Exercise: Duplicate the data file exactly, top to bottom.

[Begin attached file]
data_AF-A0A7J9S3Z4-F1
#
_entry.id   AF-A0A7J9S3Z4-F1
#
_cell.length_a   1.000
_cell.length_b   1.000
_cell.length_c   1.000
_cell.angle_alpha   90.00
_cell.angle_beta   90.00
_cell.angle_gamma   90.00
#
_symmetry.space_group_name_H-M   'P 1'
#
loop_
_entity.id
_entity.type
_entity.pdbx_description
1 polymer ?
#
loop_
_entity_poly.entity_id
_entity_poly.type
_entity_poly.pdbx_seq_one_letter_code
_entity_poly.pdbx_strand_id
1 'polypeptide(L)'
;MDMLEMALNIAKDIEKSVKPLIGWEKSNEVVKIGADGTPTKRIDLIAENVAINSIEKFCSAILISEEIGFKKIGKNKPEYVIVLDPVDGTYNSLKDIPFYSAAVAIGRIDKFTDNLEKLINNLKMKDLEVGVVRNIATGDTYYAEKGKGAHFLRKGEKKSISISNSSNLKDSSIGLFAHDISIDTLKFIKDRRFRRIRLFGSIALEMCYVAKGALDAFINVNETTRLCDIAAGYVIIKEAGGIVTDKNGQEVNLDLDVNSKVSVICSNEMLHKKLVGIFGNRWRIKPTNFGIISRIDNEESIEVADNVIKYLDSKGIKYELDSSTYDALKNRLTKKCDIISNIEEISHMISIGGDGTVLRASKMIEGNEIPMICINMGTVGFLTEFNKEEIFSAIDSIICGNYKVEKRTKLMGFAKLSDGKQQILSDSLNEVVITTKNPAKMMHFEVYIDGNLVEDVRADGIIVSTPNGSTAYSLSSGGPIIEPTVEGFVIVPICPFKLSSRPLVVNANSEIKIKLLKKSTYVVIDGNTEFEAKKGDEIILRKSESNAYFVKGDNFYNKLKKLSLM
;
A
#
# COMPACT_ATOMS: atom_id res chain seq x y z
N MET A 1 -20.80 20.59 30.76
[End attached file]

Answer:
data_AF-A0A7J9S3Z4-F1
#
_entry.id   AF-A0A7J9S3Z4-F1
#
_cell.length_a   1.000
_cell.length_b   1.000
_cell.length_c   1.000
_cell.angle_alpha   90.00
_cell.angle_beta   90.00
_cell.angle_gamma   90.00
#
_symmetry.space_group_name_H-M   'P 1'
#
loop_
_entity.id
_entity.type
_entity.pdbx_description
1 polymer ?
#
loop_
_entity_poly.entity_id
_entity_poly.type
_entity_poly.pdbx_seq_one_letter_code
_entity_poly.pdbx_strand_id
1 'polypeptide(L)'
;MDMLEMALNIAKDIEKSVKPLIGWEKSNEVVKIGADGTPTKRIDLIAENVAINSIEKFCSAILISEEIGFKKIGKNKPEYVIVLDPVDGTYNSLKDIPFYSAAVAIGRIDKFTDNLEKLINNLKMKDLEVGVVRNIATGDTYYAEKGKGAHFLRKGEKKSISISNSSNLKDSSIGLFAHDISIDTLKFIKDRRFRRIRLFGSIALEMCYVAKGALDAFINVNETTRLCDIAAGYVIIKEAGGIVTDKNGQEVNLDLDVNSKVSVICSNEMLHKKLVGIFGNRWRIKPTNFGIISRIDNEESIEVADNVIKYLDSKGIKYELDSSTYDALKNRLTKKCDIISNIEEISHMISIGGDGTVLRASKMIEGNEIPMICINMGTVGFLTEFNKEEIFSAIDSIICGNYKVEKRTKLMGFAKLSDGKQQILSDSLNEVVITTKNPAKMMHFEVYIDGNLVEDVRADGIIVSTPNGSTAYSLSSGGPIIEPTVEGFVIVPICPFKLSSRPLVVNANSEIKIKLLKKSTYVVIDGNTEFEAKKGDEIILRKSESNAYFVKGDNFYNKLKKLSLM
;
A
#
# COMPACT_ATOMS: atom_id res chain seq x y z
N MET A 1 -20.80 20.59 30.76